BHA in Dog food? Is this even safe?

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We all want to believe that the food we’re feeding our dogs is safe and healthy. But what if I told you that there’s a good chance your dog’s food contains a harmful chemical? That chemical is called BHA, and it’s been linked to cancer in rats. The FDA considers it safe for human consumption but not for dogs. So, could dog food contain BHA? And if so, is your dog at risk?

BHA in dog food

BHA is a dog food preservative. It causes tumors in lab animals, and California lists it as a carcinogen. BHA is added to dog food to preserve fats so it can stay on store shelves longer than foods without additives. The FDA says BHA is safe for dog food, but safer alternatives exist. Additionally, the FDA allows this potentially carcinogenic additive only to preserve the life of fats found in manufactured dog foods; it should not be used as a general preservative for all ingredients or for prolonged shelf life.

Therefore consumers should be aware of which foods contain BHA so they can make informed decisions about what they feed their pets and avoid possible health risks associated with this chemical preservative.

Other synthetic preservatives

Other synthetic preservatives commonly used in food products include Butylated Hydroxyanisole (BHA) and Butylated Hydroxytoluene (BHT), Potassium Sorbate Ethoxyquin Propyl Gallate Benzoic Acid Sodium Benzoate Natamycin Calcium Propionate Sorbic Acid Citric Acid Sodium Nitrite Sodium Nitrate Hexamethylene Tetramine.

Natural Preservative Alternatives

Some natural preservative alternatives include vitamins C and E, rosemary oil, and ascorbic acid. Vitamin C can be found in citrus fruits or broccoli, while vitamin E is found in nuts and seeds. Rosemary oil can preserve food without harmful chemicals, while ascorbic acid is commonly derived from vitamins C and E and is considered safe for canine consumption.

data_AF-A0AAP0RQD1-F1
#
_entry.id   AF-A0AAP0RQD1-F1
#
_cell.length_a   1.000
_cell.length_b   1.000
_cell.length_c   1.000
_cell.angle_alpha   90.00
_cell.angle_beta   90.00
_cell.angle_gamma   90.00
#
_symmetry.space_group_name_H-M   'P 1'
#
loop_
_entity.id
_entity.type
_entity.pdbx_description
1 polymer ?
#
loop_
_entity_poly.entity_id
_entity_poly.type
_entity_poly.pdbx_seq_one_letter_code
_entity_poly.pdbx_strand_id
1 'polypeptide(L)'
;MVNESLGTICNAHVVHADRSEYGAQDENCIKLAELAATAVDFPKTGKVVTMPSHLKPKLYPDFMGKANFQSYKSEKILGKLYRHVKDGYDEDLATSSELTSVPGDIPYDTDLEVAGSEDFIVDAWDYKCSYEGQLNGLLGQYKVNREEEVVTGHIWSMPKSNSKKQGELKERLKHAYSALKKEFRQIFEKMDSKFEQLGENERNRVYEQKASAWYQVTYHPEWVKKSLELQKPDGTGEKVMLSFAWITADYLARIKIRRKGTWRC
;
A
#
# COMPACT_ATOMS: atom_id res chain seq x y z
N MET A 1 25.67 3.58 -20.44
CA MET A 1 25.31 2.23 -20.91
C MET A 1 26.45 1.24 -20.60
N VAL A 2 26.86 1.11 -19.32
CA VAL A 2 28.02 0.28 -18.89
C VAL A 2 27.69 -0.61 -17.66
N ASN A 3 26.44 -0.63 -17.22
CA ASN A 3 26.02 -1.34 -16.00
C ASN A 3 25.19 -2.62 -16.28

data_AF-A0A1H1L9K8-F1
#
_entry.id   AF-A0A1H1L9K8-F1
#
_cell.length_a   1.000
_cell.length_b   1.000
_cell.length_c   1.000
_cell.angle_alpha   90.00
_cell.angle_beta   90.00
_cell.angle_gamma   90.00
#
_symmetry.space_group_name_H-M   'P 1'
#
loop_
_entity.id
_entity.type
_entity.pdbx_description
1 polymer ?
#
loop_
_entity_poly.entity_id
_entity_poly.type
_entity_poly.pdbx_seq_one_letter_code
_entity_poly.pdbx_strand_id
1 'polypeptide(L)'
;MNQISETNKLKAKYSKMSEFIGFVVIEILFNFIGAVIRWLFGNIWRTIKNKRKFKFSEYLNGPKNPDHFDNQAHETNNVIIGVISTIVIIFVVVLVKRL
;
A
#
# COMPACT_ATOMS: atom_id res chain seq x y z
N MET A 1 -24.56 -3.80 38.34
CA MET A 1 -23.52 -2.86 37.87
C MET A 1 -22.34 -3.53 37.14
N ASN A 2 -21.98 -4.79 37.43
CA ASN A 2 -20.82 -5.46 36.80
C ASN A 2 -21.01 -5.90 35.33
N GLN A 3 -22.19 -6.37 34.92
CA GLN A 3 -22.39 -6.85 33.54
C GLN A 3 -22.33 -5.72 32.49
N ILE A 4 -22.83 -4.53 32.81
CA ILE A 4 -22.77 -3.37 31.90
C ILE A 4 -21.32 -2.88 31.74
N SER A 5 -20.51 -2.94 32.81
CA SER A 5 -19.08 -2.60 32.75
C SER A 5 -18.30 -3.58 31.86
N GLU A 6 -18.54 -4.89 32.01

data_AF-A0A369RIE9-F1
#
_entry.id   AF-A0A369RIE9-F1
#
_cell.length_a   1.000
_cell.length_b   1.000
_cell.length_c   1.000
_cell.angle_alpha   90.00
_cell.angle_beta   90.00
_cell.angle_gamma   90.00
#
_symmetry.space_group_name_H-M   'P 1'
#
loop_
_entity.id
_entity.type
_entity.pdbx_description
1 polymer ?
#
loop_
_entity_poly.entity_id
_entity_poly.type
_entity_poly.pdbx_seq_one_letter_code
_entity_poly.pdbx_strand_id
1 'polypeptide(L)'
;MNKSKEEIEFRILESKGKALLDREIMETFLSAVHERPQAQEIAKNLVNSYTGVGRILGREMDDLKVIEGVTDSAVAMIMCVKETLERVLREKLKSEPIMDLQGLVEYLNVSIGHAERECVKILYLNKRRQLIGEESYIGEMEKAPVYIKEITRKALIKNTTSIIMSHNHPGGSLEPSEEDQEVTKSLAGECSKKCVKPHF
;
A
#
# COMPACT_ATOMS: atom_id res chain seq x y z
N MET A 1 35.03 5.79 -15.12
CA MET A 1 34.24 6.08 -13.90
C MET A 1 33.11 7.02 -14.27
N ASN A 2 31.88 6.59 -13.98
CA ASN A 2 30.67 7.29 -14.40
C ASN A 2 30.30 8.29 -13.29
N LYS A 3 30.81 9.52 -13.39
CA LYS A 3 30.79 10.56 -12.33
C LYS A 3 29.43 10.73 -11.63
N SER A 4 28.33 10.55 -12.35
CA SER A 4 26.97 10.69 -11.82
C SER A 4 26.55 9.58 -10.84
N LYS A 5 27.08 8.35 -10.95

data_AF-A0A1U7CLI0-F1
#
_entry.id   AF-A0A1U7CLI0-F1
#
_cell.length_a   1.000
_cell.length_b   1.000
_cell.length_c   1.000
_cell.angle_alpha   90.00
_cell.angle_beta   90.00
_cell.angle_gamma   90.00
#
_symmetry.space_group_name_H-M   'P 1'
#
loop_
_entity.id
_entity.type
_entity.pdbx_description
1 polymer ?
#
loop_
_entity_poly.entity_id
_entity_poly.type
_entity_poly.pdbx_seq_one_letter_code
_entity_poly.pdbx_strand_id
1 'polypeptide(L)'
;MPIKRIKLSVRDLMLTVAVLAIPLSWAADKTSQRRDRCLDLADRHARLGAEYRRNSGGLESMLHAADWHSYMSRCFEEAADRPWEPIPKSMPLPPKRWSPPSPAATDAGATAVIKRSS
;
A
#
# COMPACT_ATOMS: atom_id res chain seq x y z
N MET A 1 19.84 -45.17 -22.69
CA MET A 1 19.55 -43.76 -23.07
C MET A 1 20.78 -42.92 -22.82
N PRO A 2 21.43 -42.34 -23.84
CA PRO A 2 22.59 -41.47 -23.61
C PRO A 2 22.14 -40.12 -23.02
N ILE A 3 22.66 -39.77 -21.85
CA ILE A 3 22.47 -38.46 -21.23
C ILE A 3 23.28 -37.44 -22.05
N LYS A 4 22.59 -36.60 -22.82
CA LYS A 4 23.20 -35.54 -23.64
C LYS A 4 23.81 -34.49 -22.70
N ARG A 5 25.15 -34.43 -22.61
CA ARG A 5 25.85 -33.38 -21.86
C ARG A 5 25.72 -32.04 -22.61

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BHA in dog food

BHA is listed on dog food labels

BHA is listed on dog food labels as butylated hydroxyanisole. This chemical is added to the food to preserve fats, extending its shelf life. BHA is allowed in dog food despite causing tumors in lab animals and being on California’s list of cancer-causing chemicals. BHA is listed as butylated hydroxyanisole on labels. Types of natural preservatives include vitamin C, vitamin E, rosemary oil, and ascorbic acid. Vitamin C and E are familiar sources of natural preservatives that can be found in many foods and products.

Types of natural preservatives

Rosemary oil is another popular natural preservative used to preserve foods without the risks associated with synthetic alternatives. Ascorbic acid is also known as vitamin C powder or calcium ascorbate and is commonly used in canned dog food recipes to help extend shelf life.

Why dog food contains BHA?

BHA is used to preserve and protect fats in dog food. It has been added to food products that contain fats since 1947, and manufacturers of dog foods have followed suit. BHA is an antioxidant for food ingredients if added in small amounts, keeping them fresh and safe from bacteria. Additionally, it keeps fats from going rancid or becoming stinky over time.

Alternatives to BHA

Some alternatives to BHA include vitamin E, rosemary extract, citric acid, ascorbic acid (vitamin C), lecithin, sodium bisulfite, and sodium metabisulfite. Additionally, many other natural preservatives can be used instead of synthetic ones. These include apple cider vinegar and lemon juice for acidic foods, honey for sweet foods, and clove oil or oregano oil for both types of food. BHA is a common additive in many dog foods, and while it is considered safe for human consumption, it may be harmful to your dog. If you are concerned about your dog’s health, check the list of ingredients in their food to see if BHA is present.

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Rachel Tyler